The planned takeover of Reuters news agency by Canadian publisher Thomson raises “serious doubts” about fair competition in the market for financial information, the European Commission warned today.
The Commission was announcing an “in-depth” investigation into the proposed merger, insisting Brussels was not prejudging the final result.
“During its in-depth market investigation, the Commission will notably investigate whether the combination of Thomson and Reuters would be likely to give rise to adverse effects, since the merger combines two leading providers of such data or content” said a Commission statement.
“This may have an impact on other providers of financial information, which integrate the financial products concerned into their own offerings, as well as on financial institutions and final customers of such products.”
Thomson notified the Commission last month of its intention to take a controlling interest in Reuters, automatically triggering a probe under EU merger rules – in addition to an investigation by American authorities.
The Commission statement explained: “The Commission’s initial market investigation indicates that the proposed merger would raise serious doubts as regards adverse effects on competition in several markets of the financial information sector. The decision to open an in-depth inquiry does not prejudge the final result of the investigation.”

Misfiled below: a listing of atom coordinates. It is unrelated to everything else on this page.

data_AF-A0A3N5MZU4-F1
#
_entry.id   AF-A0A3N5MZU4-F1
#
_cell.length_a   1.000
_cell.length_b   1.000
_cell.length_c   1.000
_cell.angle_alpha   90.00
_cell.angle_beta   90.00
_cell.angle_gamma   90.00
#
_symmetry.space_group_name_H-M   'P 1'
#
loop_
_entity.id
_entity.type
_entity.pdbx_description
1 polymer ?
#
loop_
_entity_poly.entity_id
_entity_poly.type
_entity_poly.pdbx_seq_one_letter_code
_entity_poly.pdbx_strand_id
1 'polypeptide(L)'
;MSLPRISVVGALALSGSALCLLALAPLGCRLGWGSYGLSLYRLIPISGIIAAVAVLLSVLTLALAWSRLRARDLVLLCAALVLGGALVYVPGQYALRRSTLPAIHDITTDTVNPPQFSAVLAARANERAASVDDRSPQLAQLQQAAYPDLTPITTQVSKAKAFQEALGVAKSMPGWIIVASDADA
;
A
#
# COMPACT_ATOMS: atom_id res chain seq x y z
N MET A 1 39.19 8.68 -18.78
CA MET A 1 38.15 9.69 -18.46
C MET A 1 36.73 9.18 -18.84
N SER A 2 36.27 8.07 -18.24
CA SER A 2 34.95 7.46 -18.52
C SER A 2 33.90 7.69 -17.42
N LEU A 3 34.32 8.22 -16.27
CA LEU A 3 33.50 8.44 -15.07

Commission officials now have 90 days- until February 25 next year – to rule on whether the merger of the media giants would “significantly impede” effective competition in Europe, breaching EU merger rules.
A combination of Reuters and Thomson would give Thomson a bigger stake in a market currently dominated by Reuters and Bloomberg.
All three provide financial information to banks, fund managers, corporate groups, wealth managers and traders, as well as trading news for their customers.
Reuters is best known as one of the largest international news agencies, while Toronto-based Thomson specialises in legal, fiscal, accounting and scientific research markets.